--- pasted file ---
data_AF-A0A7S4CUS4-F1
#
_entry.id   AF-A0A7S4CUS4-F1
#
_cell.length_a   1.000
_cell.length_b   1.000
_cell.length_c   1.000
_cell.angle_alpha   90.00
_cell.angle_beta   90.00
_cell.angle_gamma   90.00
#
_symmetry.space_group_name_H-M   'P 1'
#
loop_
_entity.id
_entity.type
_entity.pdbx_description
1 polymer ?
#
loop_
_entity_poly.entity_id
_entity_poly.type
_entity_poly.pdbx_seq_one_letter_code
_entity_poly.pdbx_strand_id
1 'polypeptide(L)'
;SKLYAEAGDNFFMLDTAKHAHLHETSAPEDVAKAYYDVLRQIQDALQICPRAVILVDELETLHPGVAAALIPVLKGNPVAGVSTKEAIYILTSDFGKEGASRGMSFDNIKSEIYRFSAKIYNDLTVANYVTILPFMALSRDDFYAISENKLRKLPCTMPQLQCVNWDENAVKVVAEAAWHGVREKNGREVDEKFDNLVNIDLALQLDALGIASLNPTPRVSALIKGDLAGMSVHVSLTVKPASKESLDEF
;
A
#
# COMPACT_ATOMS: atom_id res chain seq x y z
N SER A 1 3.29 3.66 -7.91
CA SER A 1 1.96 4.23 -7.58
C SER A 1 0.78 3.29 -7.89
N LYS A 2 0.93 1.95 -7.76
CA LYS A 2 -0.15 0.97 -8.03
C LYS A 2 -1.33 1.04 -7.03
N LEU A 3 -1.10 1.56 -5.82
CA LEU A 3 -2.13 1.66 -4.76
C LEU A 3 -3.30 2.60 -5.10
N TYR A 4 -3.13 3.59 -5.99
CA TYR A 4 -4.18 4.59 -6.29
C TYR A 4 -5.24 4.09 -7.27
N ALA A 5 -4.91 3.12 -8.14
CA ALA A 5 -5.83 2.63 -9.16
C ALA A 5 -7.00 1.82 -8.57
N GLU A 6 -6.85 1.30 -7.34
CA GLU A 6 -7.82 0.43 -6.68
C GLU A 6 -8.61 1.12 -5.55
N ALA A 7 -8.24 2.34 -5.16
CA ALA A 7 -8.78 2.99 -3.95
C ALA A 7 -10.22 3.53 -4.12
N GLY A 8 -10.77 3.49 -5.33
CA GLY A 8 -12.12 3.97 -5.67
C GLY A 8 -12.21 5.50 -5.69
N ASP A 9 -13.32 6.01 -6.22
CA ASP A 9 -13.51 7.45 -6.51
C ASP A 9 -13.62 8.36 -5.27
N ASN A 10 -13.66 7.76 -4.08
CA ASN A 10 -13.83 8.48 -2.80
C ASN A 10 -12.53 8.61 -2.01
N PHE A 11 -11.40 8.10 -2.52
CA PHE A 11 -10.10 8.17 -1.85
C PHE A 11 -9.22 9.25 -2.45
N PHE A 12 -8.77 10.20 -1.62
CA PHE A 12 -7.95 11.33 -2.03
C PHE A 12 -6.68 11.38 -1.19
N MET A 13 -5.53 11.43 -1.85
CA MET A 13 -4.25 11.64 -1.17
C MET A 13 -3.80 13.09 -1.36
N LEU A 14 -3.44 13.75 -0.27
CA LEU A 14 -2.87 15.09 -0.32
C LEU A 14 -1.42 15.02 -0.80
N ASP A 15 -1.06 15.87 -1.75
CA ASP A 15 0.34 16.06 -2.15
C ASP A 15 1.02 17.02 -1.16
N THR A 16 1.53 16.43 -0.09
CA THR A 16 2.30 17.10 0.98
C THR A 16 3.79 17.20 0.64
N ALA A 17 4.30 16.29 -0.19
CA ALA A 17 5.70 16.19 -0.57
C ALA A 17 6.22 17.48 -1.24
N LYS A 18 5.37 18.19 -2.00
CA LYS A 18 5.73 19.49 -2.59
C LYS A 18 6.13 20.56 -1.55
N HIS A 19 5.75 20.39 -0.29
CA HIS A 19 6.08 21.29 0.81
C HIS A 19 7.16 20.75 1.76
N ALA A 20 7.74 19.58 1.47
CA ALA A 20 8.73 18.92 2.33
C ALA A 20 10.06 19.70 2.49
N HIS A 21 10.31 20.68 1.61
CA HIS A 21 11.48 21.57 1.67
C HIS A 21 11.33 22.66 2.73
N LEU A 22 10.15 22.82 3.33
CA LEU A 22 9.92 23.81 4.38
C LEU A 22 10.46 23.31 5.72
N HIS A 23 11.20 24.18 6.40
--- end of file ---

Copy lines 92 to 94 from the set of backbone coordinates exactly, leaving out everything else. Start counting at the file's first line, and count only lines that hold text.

CA HIS A 21 11.48 21.57 1.67
C HIS A 21 11.33 22.66 2.73
N LEU A 22 10.15 22.82 3.33